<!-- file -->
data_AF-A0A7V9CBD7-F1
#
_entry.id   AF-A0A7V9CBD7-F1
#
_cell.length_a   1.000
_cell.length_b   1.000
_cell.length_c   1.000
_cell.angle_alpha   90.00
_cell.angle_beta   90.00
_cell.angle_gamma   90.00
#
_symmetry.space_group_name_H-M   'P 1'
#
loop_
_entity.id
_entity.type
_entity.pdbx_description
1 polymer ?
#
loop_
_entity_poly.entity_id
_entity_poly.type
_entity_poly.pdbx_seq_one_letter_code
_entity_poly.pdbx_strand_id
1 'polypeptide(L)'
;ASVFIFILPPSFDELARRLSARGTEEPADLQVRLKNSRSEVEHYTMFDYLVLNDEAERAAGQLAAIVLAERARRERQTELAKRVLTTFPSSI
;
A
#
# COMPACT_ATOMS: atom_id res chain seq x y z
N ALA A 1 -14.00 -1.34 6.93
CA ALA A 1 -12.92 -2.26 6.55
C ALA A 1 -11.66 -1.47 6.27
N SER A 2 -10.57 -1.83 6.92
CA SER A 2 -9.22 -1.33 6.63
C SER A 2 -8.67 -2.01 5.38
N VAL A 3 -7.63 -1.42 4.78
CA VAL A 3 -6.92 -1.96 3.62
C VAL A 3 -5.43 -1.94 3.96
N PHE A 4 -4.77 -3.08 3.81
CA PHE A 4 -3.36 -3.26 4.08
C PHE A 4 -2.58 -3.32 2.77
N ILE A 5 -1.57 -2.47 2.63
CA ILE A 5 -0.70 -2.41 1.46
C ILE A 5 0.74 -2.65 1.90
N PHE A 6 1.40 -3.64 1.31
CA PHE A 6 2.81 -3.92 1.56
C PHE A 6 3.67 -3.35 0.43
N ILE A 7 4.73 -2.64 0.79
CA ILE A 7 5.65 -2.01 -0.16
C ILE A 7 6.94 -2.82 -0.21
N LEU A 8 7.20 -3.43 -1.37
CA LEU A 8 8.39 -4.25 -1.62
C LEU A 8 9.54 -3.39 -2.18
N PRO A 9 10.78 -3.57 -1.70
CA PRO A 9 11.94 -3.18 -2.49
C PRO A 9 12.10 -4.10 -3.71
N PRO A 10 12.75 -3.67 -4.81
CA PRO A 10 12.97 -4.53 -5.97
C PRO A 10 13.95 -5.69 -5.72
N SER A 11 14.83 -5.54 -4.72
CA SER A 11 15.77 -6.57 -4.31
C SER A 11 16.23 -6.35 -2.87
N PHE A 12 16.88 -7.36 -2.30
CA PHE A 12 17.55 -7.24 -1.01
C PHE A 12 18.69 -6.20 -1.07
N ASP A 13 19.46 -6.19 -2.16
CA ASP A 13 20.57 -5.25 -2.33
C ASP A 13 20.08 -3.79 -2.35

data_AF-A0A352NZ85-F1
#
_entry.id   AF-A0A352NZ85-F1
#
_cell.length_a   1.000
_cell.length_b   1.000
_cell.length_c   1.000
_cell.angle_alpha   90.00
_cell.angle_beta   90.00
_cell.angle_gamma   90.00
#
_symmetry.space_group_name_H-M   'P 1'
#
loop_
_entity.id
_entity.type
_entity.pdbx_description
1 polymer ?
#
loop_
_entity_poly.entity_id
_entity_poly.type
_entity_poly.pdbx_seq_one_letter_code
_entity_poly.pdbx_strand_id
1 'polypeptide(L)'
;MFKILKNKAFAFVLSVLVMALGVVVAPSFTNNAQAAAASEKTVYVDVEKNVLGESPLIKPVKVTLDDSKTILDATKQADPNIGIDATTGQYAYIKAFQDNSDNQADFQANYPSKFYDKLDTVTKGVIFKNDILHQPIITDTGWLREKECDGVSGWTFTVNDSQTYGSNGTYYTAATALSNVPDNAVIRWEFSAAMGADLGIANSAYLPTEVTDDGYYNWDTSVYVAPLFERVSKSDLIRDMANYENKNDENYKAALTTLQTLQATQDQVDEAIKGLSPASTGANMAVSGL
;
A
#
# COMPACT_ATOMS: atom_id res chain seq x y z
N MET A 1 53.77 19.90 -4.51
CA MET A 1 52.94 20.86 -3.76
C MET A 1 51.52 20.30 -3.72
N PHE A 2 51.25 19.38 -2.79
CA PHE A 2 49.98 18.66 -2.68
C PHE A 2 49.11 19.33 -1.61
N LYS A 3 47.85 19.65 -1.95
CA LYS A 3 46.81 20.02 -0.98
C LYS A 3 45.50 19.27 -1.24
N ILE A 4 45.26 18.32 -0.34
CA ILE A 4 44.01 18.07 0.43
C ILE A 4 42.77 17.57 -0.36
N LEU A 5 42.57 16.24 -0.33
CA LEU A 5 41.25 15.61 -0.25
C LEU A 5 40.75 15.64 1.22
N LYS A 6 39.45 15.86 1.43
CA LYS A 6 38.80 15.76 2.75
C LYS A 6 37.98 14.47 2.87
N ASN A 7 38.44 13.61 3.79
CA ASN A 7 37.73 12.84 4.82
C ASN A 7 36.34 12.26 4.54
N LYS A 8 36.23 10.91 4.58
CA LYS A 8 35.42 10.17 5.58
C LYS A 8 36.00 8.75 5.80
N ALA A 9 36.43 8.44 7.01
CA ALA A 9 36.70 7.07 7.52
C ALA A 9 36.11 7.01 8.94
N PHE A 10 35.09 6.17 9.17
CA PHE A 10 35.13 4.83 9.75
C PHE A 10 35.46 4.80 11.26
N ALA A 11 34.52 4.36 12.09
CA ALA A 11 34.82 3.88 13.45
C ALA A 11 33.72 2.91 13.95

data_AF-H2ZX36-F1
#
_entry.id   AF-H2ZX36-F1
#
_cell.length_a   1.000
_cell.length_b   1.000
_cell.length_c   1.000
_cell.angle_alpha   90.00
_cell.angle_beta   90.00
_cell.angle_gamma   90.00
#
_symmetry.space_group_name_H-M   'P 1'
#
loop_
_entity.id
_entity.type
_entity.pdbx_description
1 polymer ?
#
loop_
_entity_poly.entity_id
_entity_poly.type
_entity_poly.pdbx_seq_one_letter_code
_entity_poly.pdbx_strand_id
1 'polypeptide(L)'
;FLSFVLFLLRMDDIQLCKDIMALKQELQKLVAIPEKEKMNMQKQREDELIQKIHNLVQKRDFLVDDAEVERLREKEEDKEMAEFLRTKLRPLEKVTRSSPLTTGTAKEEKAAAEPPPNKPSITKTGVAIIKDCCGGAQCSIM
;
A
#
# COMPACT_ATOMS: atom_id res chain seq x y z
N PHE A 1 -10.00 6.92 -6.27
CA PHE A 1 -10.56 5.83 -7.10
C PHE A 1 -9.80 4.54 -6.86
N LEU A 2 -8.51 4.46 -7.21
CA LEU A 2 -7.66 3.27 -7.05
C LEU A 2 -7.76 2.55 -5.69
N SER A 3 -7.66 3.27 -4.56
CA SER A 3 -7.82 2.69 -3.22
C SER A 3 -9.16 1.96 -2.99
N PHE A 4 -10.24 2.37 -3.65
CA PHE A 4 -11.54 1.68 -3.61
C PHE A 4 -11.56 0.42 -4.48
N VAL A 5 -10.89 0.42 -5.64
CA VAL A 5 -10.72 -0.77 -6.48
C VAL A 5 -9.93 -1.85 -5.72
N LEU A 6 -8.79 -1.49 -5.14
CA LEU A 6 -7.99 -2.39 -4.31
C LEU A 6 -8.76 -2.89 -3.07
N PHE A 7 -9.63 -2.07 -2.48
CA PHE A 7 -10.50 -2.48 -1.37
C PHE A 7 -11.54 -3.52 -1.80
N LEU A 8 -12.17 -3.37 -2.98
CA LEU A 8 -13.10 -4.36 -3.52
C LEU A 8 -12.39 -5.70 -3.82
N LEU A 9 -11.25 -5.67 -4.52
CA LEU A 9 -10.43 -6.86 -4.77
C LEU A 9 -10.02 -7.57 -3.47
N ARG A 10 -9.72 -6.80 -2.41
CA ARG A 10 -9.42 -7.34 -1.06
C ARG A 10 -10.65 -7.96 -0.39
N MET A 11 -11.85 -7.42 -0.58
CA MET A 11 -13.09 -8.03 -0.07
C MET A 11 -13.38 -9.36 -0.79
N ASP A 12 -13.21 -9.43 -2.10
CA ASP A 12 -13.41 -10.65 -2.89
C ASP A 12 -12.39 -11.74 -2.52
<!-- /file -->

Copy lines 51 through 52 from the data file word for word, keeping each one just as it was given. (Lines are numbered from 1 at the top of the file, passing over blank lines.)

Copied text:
C ILE A 7 6.94 -2.82 -0.21
N LEU A 8 7.20 -3.43 -1.37